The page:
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Theory: Why Sub-Ambient cooling doesn't kill right away - Page 2

post #11 of 20
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Quote:
Originally Posted by pauldovi View Post
I postulate, that, if you don't seal the tubing onto the waterblock then you might have water leak all over the processor. This is the fundamental reason why no one should use watercooling.
Ah yes, the "assumed risk" factor...

But assumed risk isn't the focus of this thread- Shall we get back on topic?


What do you think of the situation if insulation was not sufficient?
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post #12 of 20
Here's my theory. You know how potholes form? Road freezes and warms up and freezes and warms up and freezes...... you get the point. Eventually a chunk of the road comes up. This can do the same thing to plastic, metal, silicone, wires, ribber, all that kind of stuff.

that's where 'im betting the problems happen.
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post #13 of 20
Quote:
Originally Posted by Burn View Post
Ah yes, the "assumed risk" factor...

But assumed risk isn't the focus of this thread- Shall we get back on topic?


What do you think of the situation if insulation was not sufficient?
It is not assumed risk. It is the result of faulty precautions.

See, I think you missed my point. Water cooling, in order to be successful, requires a certain about of care to be placed on the sealing of the tubing to the components. Likewise, phase and N02 requires that a certain amount of care be placed to insulation of components. Without observing these precautions, you are doomed to failure. This is not a fault in the cooling method, but rather a fault in the user.
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post #14 of 20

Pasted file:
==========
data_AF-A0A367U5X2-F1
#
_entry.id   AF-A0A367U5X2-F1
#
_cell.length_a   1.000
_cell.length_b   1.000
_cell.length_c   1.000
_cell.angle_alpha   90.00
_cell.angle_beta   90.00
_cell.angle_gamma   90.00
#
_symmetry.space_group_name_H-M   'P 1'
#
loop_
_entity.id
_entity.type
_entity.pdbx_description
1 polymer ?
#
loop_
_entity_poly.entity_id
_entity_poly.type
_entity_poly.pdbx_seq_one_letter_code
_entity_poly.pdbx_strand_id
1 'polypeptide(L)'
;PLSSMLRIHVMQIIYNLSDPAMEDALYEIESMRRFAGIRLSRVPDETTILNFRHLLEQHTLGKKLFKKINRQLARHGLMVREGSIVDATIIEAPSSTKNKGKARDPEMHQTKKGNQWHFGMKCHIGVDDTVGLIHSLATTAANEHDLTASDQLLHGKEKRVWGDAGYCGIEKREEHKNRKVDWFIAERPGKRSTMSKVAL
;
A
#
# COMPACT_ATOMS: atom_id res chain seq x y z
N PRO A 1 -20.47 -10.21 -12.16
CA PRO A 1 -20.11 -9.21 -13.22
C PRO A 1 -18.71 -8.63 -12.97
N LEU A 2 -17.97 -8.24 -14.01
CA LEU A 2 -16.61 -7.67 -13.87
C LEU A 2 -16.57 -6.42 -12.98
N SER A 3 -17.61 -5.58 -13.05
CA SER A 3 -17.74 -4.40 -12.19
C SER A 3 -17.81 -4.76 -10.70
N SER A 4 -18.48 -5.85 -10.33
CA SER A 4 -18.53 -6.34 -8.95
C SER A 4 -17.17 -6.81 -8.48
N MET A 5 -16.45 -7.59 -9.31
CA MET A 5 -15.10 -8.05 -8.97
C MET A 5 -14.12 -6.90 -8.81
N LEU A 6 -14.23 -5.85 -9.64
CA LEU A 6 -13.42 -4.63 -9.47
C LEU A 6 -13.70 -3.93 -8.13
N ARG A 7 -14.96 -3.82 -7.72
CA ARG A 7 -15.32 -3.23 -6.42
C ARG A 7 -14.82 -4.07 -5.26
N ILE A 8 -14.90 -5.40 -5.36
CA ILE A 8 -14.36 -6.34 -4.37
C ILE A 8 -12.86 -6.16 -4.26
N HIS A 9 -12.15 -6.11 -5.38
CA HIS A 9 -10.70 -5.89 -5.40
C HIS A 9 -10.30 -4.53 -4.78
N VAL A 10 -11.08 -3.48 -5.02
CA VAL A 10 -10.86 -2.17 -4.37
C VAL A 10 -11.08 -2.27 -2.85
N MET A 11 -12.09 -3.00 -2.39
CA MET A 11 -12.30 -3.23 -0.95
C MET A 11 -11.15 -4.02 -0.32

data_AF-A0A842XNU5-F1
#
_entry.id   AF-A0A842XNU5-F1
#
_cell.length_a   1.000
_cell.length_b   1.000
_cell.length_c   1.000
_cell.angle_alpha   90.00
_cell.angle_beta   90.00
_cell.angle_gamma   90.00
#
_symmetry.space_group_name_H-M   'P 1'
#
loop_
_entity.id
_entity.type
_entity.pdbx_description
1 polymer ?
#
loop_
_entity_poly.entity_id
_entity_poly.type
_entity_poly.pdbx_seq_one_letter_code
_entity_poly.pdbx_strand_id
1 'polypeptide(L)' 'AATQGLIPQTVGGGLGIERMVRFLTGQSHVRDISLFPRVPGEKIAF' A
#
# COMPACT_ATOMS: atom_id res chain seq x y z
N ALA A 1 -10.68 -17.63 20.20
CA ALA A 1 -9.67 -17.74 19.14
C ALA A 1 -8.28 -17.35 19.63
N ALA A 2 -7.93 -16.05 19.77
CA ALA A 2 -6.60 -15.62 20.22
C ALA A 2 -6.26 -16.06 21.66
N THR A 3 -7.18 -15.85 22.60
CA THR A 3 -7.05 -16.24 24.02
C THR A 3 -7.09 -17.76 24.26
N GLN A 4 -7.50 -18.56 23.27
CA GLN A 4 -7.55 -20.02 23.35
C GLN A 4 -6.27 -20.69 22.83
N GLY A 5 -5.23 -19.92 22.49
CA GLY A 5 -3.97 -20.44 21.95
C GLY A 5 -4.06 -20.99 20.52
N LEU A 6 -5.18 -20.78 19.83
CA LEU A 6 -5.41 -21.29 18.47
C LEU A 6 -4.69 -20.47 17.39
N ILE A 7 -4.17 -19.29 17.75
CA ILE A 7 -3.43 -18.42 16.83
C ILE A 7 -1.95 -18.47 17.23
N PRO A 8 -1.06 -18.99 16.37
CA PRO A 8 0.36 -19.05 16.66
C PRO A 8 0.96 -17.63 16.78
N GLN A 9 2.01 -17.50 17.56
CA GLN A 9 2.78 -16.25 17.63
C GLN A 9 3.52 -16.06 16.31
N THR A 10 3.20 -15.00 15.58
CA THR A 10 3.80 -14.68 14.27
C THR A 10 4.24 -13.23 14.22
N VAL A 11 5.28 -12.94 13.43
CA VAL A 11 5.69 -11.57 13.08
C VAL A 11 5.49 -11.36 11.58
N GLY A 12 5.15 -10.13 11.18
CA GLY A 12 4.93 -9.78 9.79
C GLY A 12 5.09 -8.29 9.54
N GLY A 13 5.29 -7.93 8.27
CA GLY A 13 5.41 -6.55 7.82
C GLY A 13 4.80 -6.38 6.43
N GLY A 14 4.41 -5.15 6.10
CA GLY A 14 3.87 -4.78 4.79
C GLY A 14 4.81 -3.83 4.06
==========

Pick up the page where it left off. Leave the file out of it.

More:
Quote:
Originally Posted by ae804 View Post
Here's my theory. You know how potholes form? Road freezes and warms up and freezes and warms up and freezes...... you get the point. Eventually a chunk of the road comes up. This can do the same thing to plastic, metal, silicone, wires, ribber, all that kind of stuff.

that's where 'im betting the problems happen.
Plastic is far more malleable than your typical road surface. Also, I did not know this was the cause of pot holes. You see, I live in Florida, and we have plenty of pot holes.
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post #15 of 20
Quote:
Originally Posted by Burn View Post
-----Theory------


Let us take sub-zero cooling to the average phase-change setup....Say, -40C.

We all know that frost obviously forms at that temperature, right? No single TEC is capable to reach that temperature, so this one's for the phase change/DICE/LN2 guys.

So we have frost forming on the various components of the motherboard, because water condenses on the board because it's below the ambient temp. It turns to frost, because we're chilling to -40C. So, we run the setup for a while, anyhere from an hour to several days, I will have my TEC rig up for multiple weeks at a time if the Windows Gods permit it. It doesn't really matter for how long, just that frost is forming.

So now we shut down the computer. Phase change/DICE/LN2 no longer is cooling the motherboard, so it warms back up. Remember the frost we formed? No longer at -40C, it too begins to warm up. Bang, it defrosts and we're left with several tiny puddles of water. Here's where we get damage, these puddles dripping onto our various capacitors, video card(s) and motheboard components.

^That is where the damage occurs- Not while we're benching, but after we've stopped cooling everything down.

Why doesn't it apply to TEC users? Mainly because we don't get cold enough. We might get down to freezing or under about 10 deg. C during the day-to-day, but we just don't get cold enough to get frost forming from what I have read and observed if insulated properly. Insulation provides a good enough barrier that we don't need to worry about frost forming because insulation provides a good enough barrier from the -20C TEC module and coldplate to the air inside our cases. Not so much with phase change, DICE and LN2. As the temperature differential increases (From -20 to -40 or -50), you need to use more insulation to provide that barrier.
------------------

Does it make sense at all? Or am I spouting foolishness?